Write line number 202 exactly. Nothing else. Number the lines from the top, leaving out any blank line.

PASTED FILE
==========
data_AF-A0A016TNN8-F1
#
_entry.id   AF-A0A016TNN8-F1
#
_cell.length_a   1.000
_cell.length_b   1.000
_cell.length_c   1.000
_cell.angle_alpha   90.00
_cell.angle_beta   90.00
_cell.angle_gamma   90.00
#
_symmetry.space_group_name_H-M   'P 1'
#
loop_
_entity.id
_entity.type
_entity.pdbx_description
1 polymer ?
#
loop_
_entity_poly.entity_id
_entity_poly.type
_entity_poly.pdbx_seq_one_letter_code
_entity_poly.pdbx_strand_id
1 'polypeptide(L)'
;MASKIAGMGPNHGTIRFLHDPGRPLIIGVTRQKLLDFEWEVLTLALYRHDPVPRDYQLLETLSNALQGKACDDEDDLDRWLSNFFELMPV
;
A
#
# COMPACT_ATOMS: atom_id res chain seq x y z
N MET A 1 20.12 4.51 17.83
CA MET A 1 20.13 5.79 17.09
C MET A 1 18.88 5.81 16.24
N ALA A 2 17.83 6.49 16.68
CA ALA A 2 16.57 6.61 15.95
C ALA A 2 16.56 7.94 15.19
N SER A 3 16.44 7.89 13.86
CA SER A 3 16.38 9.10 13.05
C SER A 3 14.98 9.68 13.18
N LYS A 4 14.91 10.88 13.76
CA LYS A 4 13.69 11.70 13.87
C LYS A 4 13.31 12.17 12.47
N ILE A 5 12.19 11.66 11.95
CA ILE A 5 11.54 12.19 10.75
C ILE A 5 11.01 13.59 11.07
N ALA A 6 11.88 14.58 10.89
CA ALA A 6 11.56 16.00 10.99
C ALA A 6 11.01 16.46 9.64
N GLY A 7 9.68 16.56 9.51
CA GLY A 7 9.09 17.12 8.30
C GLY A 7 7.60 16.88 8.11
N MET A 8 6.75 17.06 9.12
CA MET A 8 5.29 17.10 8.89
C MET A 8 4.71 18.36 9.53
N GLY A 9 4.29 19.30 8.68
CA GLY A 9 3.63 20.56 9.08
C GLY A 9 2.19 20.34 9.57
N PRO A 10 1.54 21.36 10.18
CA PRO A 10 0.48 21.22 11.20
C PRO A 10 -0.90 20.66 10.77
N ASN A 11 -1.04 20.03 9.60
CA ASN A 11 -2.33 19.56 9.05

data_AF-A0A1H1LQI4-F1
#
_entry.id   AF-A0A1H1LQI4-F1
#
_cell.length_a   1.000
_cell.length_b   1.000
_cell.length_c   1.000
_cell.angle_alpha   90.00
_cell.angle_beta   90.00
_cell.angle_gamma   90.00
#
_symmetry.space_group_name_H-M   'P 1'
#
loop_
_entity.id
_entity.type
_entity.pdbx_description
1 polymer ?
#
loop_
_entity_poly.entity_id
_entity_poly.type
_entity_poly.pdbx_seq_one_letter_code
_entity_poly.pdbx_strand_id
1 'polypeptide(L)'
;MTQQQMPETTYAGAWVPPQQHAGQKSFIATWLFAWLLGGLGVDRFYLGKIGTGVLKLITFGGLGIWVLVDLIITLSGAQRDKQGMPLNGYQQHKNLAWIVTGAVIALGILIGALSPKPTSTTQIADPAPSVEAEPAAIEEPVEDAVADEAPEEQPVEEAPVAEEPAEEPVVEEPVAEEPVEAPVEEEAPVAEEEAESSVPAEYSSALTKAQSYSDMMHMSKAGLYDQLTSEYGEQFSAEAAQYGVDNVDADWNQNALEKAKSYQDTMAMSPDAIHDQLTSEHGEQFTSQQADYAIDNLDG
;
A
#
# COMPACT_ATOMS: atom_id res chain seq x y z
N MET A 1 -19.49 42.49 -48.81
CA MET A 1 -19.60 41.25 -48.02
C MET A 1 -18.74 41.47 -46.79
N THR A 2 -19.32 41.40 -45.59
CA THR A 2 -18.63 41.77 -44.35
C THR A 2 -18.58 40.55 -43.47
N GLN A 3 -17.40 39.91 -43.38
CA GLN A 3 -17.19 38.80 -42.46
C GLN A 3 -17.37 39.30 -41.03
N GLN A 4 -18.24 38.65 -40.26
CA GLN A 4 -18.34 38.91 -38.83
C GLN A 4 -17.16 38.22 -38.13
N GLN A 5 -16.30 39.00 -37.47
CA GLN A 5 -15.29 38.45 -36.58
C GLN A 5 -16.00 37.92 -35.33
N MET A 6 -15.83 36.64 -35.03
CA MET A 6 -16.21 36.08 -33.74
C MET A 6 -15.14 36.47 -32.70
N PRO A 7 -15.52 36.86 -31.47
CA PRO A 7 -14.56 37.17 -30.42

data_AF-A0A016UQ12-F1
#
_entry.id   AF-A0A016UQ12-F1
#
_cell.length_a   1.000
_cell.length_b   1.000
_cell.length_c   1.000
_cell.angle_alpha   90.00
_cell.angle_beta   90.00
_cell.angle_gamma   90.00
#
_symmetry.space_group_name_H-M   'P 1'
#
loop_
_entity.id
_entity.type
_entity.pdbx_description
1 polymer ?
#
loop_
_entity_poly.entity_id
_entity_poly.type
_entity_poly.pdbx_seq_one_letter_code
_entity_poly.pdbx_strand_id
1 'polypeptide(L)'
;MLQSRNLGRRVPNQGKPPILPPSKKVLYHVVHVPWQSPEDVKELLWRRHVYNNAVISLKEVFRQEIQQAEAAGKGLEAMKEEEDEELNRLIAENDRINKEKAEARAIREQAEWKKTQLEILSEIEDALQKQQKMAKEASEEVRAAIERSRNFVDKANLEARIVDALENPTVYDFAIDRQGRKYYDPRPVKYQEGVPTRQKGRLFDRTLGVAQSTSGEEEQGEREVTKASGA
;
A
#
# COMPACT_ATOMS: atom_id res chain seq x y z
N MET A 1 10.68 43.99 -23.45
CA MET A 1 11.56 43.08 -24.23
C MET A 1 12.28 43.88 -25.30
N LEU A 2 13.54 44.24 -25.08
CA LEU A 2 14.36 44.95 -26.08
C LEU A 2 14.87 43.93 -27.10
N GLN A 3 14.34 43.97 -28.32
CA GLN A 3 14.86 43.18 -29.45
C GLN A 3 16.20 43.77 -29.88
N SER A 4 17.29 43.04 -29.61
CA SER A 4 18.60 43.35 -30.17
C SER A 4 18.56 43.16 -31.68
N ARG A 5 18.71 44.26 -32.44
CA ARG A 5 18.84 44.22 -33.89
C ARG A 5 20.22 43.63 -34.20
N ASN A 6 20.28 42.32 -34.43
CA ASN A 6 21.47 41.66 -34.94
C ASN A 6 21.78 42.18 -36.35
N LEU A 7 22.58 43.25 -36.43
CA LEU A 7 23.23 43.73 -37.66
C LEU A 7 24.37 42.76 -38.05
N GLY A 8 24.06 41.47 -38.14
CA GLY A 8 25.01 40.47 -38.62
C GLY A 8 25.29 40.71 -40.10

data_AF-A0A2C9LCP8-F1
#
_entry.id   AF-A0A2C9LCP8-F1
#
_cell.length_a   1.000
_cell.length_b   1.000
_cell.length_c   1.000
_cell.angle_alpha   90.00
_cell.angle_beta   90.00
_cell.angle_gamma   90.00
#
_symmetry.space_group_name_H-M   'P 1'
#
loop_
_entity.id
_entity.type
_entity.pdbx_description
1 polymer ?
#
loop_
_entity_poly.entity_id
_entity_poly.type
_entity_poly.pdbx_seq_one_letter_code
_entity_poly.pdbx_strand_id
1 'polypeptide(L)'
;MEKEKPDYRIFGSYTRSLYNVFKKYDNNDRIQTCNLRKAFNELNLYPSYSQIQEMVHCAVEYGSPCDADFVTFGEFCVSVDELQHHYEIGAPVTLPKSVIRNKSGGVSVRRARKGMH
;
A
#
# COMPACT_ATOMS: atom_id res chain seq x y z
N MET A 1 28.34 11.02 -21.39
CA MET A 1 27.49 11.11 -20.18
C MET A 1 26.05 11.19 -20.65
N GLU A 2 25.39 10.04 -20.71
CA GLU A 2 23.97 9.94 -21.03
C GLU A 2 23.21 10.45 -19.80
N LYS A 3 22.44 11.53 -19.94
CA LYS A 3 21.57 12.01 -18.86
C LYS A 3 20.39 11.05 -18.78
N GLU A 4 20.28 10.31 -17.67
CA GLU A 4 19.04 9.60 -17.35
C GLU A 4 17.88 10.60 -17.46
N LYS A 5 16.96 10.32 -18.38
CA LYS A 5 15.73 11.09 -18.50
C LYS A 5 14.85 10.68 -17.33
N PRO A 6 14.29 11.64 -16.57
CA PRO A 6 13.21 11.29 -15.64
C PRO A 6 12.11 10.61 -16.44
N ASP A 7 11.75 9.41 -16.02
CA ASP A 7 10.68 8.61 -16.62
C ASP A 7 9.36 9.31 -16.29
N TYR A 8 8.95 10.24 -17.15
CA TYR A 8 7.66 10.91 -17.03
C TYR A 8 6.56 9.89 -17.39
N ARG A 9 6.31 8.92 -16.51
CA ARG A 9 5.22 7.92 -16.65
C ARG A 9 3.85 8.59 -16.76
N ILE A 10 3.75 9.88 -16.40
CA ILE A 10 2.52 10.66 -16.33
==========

C GLU A 2 23.21 10.45 -19.80